After incorporating 65,600 metres of exploration drilling in the first half of the year, Alamos Gold (TSX: AGI; NYSE: AGI) has increased the reserves and resources at its Island Gold mine in northern Ontario.
Proven and probable reserves now total 2.8 million tonnes grading 10.69 grams gold per tonne, or 959,000 contained oz. gold. The reserve grade has climbed 5% since the end of 2017.
Measured and indicated resources have risen to 841,000 tonnes at 8.18 grams gold for 221,000 oz. gold and a 40% rise in grade.
Another 3.7 million tonnes at 9.99 grams gold, or 1.18 million oz. gold, lie in the inferred category, or a 30% rise since year-end 2017.
Alamos is planning another 84,000 metres of surface and underground exploration and delineation drilling in the second half of 2018.
“After adjusting for the updated reserve and resource at Island, our net asset value per share increases to $9.27, from $9.07,” Ryan Hanley, an analyst at Laurentian Bank Securities, said in a research note to clients. “More importantly, this reinforces our thesis that the Island Gold mine offers excellent exploration potential.”
The Island Gold mine, 83 km northeast of Wawa, is one of Canada’s highest-grade and lowest-cost gold mines.
The underground operation could produce between 100,000 and 110,000 oz. gold this year at all-in sustaining costs (AISCs) of US$825 per oz. gold.
The mine began producing in October 2007 and Alamos acquired it in November 2017, when it bought Richmont Mines.
The orebody is accessed via a ramp nd the company uses longitudinal-retreat, long-hole stoping. Ore is hauled by truck to the Kremzar mill, 800 metres from the portal.
The mill uses a conventional carbon-in-pulp process, with circuits for crushing, gold cyanidation and two electrowinning cells.
Island Gold is undergoing a first phase of expansion of underground mining and milling to 1,100 tonnes per day, as outlined in a May 2017 expansion case preliminary economic assessment (PEA). The expansion could be ready in the second half of this year for incremental capital expenses of $23 million.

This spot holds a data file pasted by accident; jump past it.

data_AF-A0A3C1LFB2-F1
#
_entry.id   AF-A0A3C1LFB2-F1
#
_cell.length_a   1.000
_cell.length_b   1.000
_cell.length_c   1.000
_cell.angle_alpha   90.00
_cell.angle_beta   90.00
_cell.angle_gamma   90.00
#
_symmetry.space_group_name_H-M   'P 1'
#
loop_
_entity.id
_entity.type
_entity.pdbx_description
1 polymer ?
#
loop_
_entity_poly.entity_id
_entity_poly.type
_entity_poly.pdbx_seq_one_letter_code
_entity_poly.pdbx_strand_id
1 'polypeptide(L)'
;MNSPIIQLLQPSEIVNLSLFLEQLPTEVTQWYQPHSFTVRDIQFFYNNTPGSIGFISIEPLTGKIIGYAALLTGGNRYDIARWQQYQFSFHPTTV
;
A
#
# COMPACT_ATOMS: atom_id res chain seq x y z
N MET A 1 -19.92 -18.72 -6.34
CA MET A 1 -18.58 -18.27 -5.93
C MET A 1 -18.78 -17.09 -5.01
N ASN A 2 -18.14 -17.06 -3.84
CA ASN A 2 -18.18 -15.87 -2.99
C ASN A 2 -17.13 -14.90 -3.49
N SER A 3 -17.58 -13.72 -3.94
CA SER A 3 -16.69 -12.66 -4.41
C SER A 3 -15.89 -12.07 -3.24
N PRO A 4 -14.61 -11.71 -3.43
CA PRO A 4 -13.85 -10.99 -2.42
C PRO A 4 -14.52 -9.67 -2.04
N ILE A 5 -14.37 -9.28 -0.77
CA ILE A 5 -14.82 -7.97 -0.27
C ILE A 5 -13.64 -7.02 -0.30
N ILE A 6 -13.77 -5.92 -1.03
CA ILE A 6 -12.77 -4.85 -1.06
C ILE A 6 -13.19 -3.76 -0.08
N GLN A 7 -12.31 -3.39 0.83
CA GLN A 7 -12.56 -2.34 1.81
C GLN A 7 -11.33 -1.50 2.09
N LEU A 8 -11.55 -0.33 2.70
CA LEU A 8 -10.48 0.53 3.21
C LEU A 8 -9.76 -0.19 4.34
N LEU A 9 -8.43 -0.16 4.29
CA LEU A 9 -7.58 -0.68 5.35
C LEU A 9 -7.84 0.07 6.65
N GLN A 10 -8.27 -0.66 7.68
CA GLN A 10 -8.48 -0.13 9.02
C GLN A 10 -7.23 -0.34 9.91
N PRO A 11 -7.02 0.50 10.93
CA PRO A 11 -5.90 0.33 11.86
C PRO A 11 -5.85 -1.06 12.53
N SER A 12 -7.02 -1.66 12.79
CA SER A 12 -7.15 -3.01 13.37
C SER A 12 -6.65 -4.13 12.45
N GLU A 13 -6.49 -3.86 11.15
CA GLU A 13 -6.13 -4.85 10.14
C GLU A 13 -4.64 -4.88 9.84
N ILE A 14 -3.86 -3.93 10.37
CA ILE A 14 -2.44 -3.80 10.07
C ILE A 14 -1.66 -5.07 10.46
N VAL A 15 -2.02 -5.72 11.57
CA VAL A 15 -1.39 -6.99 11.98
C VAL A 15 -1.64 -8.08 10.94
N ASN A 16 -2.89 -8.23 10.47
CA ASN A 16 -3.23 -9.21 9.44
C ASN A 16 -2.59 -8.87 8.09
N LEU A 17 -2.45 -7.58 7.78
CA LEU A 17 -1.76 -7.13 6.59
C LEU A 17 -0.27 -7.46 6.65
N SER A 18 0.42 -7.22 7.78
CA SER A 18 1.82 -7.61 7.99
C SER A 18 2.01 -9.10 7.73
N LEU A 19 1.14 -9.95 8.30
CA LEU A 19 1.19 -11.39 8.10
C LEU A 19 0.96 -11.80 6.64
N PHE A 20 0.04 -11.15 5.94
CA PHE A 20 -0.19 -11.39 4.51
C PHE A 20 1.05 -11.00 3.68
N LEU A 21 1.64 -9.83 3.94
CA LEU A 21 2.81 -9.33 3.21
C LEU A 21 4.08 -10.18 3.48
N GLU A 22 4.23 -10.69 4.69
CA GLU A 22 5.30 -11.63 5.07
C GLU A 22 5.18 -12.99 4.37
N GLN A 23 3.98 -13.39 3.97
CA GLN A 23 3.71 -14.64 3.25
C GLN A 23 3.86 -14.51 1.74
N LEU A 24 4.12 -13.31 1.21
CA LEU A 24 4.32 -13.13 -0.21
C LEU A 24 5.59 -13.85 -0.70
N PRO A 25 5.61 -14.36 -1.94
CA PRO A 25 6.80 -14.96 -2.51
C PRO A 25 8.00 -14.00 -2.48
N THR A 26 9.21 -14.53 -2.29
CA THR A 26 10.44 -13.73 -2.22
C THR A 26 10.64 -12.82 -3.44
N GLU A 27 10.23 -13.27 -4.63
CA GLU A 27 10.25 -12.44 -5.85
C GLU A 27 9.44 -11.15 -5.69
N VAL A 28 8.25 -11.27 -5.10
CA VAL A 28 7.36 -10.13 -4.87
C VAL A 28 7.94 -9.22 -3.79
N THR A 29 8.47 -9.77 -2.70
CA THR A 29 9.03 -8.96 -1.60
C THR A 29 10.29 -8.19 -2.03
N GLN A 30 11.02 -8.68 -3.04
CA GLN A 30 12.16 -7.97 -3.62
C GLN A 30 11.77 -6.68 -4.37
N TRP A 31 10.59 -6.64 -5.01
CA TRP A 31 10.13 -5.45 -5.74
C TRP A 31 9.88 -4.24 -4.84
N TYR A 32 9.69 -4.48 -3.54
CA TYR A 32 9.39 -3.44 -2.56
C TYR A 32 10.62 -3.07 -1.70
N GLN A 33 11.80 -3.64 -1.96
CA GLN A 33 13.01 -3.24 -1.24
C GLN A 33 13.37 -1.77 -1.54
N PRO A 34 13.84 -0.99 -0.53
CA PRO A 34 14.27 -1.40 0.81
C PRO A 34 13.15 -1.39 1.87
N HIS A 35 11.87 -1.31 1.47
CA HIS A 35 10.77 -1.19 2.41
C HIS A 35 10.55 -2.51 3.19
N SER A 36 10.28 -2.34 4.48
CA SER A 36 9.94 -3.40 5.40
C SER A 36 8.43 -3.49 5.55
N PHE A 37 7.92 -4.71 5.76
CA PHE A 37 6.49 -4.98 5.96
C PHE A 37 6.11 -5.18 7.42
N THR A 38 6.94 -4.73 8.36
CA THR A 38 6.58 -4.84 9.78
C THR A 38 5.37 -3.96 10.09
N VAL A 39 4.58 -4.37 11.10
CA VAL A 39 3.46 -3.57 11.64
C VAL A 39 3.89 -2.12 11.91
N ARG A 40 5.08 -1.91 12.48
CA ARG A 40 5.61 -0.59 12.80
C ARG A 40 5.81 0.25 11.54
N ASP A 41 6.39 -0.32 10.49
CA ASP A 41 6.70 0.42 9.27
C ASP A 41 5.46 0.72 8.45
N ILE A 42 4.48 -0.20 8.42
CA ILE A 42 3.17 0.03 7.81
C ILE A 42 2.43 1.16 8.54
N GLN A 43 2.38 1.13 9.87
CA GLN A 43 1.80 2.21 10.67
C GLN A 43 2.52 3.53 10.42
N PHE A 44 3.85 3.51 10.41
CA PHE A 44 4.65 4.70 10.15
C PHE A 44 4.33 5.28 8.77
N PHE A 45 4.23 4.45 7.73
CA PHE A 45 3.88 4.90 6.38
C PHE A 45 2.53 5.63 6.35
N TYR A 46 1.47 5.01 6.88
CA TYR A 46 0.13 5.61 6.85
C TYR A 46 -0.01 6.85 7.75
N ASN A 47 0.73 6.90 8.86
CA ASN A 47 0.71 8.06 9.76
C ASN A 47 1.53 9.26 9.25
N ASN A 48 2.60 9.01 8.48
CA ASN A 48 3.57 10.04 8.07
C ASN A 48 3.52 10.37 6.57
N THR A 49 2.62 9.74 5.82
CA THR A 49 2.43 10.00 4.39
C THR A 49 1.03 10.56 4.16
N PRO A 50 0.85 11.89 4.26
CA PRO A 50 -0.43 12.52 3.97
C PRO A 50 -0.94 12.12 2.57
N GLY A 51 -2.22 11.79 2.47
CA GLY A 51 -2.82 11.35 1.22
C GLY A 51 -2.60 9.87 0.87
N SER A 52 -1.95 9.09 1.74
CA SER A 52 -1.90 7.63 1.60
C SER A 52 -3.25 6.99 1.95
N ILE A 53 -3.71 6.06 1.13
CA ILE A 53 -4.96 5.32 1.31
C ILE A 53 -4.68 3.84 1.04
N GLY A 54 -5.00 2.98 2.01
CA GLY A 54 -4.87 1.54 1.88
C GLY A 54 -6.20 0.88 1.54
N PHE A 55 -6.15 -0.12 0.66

The expansion could drive free cash flow growth, reflecting an increase in average annual production rates to 125,000 oz. gold and lower mine-site AISCs to US$550 per oz., starting in 2019.
The PEA aimed to find the most cost-effective approach to mining mineral resources within the main area over four mining horizons, and down to a maximum depth of 1,000 metres, using existing mine infrastructure.
In addition, Alamos says there is “significant exploration potential with the deposit open laterally and at depth,” and has set aside $18 million for exploration this year.
The focus of the drill program will be to expand the down-plunge and lateral extensions of the deposit and add near-mine resources. The drilling targets three areas along the 2 km long main zone.
As for Island Gold’s geology and mineralization, the property lies within the Michipicoten greenstone belt, which is part of the Wawa sub-province and Superior province of Archean age.
The Michipicoten greenstone belt is 140 km long by 45 km wide, and the Island Gold property occurs in the upper Wawa Assemblage, capped by pyrite-bearing iron formation outcropping in the Morrison and Pine zones.
A 30 km long and 4.5 km wide northeast-trending, structurally deformed zone called the Goudreau Lake Deformation Zone (GLDZ) comes between the two assemblages.
Including its subsidiary splays, the GLDZ could be the main control on gold mineralization for the area. East- to northeast-striking, steeply dipping, sub-parallel gold mineralization zones appear within the quartz sericite-pyrite-carbonate alteration of the GLDZ. North-trending diabase dikes cross-cut all stratigraphy.
At press time, Alamos was trading at $5.66 per share within a 52-week trading range of $5.41 to $10.44.
Hanley of Laurentian Bank has a $9 target price on the stock and a “buy” rating.